|Name:||Jefferson Scott "Scotty" Dotson|
|Rank/Branch:||Captain/US Air Force|
Tuy Hoa Airbase, South Vietnam
|Date of Birth:||06 August 1944|
|Home of Record:||Pound, VA|
|Date of Loss:||09 August 1969|
|Country of Loss:||Laos|
Click coordinates to view (4) maps
|Status in 1973:||Missing in Action|
|Aircraft/Vehicle/Ground:||F100F "Super Sabre"|
|Other Personnel In Incident:||Laurent L. Gourley (missing)|
SYNOPSIS: The North American F100 Super Sabre, nicknamed "Hun," was a single seat jet fighter that first came into service during the Korean War. During the Gulf of Tonkin Crisis, which catapulted the United States head long into the Vietnam War, the first Air Force F100 squadrons were sent to DaNang, South Vietnam in August 1964. Interestingly, during both wars, the Hun's most valuable uses were in close air support for ground troops, and as principle strike aircraft because it could deliver its ordnance on target at treetop level at full speed.
Oscar Eight was the code name given to a sector of eastern Laos located in rugged jungle covered mountains approximately 25 miles northwest of the infamous A Shau Valley, Saravane Province, Laos. The area encompassed the junction of Highway 92, which was a primary north-south artery of the Ho Chi Minh Trail, and Highway 922, which branched off and ran directly east where it crossed into South Vietnam at a strategic point near the northern edge of the A Shau Valley. Oscar Eight was also located at the southeastern end of a large and narrow jungle covered valley that had two primary roads running through it, one on each side of the valley. Highway 92 ran along the west side and Highway 919 along the east. A power line ran parallel to Highway 92 and sometimes crossed it. In addition to the roads and power line, the Hoi An River also flowed through the valley passing the road junction roughly 1 mile west of it.
More American aircraft were downed in this sector than any other place in Laos. This was because burrowed deep in the hills of Oscar Eight was North Vietnamese General Vo Bam's 559th Transportation Group's forward headquarters. It was also the Ho Chi Minh Trail's control center and contained the largest NVA storage facility outside of North Vietnam. Oscar Eight was defended by consecutive belts of anti-aircraft artillery (AAA) guns of all sizes that were not only stationed on the ground, but also mounted on platforms in the trees and were expertly camouflaged. Oscar Eight also favored the enemy because the only suitable landing zones were located in a wide bowl surrounded by jungle covered high ground containing AAA guns and bunkered infantry.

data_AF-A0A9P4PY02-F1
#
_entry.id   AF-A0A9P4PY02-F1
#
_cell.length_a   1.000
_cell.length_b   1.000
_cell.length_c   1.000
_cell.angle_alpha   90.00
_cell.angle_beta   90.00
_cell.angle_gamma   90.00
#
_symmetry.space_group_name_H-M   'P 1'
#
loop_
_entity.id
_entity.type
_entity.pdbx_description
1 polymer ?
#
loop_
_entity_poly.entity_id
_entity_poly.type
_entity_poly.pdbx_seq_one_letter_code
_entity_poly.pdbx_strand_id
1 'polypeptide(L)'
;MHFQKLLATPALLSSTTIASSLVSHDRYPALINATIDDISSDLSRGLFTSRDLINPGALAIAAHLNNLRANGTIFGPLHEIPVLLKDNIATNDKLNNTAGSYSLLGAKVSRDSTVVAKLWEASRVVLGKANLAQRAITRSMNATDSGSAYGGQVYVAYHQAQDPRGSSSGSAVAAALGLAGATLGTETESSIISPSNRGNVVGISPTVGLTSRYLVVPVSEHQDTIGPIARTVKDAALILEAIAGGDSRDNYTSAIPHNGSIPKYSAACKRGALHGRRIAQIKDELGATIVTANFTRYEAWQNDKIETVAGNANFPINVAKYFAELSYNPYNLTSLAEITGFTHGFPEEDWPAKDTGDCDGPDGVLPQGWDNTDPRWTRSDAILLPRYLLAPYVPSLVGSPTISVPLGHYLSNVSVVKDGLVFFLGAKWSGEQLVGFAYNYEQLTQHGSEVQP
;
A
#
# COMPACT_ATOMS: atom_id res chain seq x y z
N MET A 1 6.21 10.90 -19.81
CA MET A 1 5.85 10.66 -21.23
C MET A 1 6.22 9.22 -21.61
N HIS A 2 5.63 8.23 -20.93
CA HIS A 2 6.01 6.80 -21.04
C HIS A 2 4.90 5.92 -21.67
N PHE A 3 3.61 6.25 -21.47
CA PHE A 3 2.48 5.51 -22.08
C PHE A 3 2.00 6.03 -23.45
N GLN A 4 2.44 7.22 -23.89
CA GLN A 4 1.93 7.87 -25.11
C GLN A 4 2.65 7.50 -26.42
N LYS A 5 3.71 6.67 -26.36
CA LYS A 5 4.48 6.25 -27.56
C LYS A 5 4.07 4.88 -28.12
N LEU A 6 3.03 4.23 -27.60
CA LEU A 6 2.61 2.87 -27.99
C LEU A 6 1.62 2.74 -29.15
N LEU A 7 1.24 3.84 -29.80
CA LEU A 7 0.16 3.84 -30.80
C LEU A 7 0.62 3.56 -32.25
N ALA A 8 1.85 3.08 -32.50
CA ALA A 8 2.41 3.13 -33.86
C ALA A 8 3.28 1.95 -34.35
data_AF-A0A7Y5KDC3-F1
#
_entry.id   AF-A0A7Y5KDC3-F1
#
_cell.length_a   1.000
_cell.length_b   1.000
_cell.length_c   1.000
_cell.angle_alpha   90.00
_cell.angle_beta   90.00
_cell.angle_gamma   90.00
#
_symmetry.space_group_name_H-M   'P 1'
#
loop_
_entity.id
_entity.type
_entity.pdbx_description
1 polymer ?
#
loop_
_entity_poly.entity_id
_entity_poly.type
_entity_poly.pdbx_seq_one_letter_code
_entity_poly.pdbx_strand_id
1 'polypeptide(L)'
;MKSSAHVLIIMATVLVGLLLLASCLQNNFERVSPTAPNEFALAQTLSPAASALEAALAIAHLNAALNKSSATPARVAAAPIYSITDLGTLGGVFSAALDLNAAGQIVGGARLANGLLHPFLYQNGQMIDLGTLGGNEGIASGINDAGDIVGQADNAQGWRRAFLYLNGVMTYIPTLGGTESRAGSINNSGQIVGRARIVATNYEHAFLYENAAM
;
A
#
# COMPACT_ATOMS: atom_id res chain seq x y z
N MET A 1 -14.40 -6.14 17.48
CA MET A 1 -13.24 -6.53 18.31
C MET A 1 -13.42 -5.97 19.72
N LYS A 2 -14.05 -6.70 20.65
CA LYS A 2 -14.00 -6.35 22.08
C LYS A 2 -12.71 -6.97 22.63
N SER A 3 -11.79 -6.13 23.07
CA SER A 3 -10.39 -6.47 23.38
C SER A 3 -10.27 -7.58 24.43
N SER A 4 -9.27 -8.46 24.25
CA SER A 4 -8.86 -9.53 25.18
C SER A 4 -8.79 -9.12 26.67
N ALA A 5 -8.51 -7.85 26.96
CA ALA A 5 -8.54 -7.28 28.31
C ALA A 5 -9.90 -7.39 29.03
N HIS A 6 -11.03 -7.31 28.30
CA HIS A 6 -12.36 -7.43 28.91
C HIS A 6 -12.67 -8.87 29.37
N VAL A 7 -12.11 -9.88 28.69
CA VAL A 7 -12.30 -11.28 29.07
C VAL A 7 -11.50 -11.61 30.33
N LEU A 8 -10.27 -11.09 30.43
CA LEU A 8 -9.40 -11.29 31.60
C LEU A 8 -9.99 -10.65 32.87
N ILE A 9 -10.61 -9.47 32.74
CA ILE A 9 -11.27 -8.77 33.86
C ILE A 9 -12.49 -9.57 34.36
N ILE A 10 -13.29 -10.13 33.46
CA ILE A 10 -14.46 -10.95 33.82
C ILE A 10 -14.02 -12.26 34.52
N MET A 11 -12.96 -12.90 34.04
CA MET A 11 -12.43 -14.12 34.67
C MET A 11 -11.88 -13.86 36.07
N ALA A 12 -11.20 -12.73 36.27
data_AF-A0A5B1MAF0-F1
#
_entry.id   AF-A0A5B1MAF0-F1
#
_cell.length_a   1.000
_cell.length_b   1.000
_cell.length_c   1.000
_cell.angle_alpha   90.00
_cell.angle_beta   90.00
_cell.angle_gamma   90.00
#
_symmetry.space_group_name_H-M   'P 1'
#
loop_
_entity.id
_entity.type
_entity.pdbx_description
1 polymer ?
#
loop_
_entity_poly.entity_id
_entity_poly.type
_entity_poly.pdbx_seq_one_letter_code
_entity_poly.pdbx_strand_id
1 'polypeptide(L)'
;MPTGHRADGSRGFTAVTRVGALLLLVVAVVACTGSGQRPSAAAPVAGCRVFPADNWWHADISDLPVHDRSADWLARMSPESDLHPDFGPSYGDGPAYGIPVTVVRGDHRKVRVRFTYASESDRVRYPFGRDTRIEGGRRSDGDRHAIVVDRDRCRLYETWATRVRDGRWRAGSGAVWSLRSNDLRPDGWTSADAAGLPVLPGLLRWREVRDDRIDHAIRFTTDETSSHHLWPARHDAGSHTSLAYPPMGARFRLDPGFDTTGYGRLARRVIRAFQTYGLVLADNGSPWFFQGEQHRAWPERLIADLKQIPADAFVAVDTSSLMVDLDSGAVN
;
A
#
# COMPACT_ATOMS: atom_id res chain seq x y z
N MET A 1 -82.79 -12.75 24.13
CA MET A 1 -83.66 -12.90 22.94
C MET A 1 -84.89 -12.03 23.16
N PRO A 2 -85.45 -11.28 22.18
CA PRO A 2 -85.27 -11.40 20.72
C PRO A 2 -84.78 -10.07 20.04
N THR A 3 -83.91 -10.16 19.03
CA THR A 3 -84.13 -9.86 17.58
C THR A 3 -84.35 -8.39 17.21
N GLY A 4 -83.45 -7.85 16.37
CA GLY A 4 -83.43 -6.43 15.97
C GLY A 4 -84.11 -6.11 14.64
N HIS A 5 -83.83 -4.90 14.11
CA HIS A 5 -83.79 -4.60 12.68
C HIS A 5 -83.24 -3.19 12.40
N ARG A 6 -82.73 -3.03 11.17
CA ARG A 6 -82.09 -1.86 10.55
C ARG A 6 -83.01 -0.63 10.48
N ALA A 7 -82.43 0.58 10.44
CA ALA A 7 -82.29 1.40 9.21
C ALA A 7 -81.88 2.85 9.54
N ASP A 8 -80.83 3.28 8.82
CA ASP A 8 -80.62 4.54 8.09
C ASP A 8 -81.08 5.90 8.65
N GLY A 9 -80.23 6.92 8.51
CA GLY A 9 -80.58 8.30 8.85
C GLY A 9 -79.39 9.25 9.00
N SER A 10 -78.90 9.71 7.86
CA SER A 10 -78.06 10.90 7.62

On 9 August 1969, Capt. Laurent L. "Lee" Gourley, pilot; and then 1st Lt. Jefferson S. "Scotty" Dotson, co-pilot; comprised the crew of an F100F aircraft (tail #45-3734), call sign "Misty 31," on a single aircraft flight. They were conducting a Forward Air Control (FAC) and visual reconnaissance mission on the Southern Steel Tiger Area of Laos to search for enemy activity in the sector. Weather conditions in the target area consisted of overcast clouds at 4,000 feet and visibility of over 6 miles.
Operation Steel Tiger was a limited interdiction effort against North Vietnamese and Pathet Lao troop/supply movements within the panhandle of southern Laos. This route, known as the infamous Ho Chi Minh Trail, consisted of numerous winding roads and pathways through jungle covered mountains and valleys that served for many years as an infiltration route from North Vietnam, through neutral Laos, then into selected areas of South Vietnam under Communist control.